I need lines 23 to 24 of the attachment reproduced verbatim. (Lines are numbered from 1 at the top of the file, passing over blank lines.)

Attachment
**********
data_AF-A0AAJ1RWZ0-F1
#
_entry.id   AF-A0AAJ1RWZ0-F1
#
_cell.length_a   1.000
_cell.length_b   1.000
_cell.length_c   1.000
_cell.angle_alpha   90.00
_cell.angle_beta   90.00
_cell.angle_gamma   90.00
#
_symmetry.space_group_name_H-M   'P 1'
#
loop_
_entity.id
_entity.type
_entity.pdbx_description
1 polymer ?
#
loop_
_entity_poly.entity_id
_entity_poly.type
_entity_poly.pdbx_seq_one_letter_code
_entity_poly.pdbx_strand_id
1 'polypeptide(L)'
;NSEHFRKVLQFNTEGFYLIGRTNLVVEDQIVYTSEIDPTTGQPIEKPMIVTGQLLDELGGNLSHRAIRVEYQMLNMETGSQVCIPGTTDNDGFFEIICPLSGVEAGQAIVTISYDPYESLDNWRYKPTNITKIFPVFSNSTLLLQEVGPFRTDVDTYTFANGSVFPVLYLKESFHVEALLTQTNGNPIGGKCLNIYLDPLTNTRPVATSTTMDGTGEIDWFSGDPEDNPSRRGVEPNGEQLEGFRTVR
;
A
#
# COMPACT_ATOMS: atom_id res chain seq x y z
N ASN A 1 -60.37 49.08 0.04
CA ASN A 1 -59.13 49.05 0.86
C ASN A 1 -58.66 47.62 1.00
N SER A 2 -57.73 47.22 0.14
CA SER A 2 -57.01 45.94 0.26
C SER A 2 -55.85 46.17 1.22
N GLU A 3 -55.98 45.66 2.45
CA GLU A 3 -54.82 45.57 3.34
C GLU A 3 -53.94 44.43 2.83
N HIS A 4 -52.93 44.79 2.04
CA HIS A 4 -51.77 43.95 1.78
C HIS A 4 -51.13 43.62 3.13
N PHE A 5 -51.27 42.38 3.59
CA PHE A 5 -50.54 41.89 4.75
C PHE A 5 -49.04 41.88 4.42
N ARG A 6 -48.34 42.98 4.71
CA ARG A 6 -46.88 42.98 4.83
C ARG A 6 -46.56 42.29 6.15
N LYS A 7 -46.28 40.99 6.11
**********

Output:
_entity_poly.pdbx_seq_one_letter_code
_entity_poly.pdbx_strand_id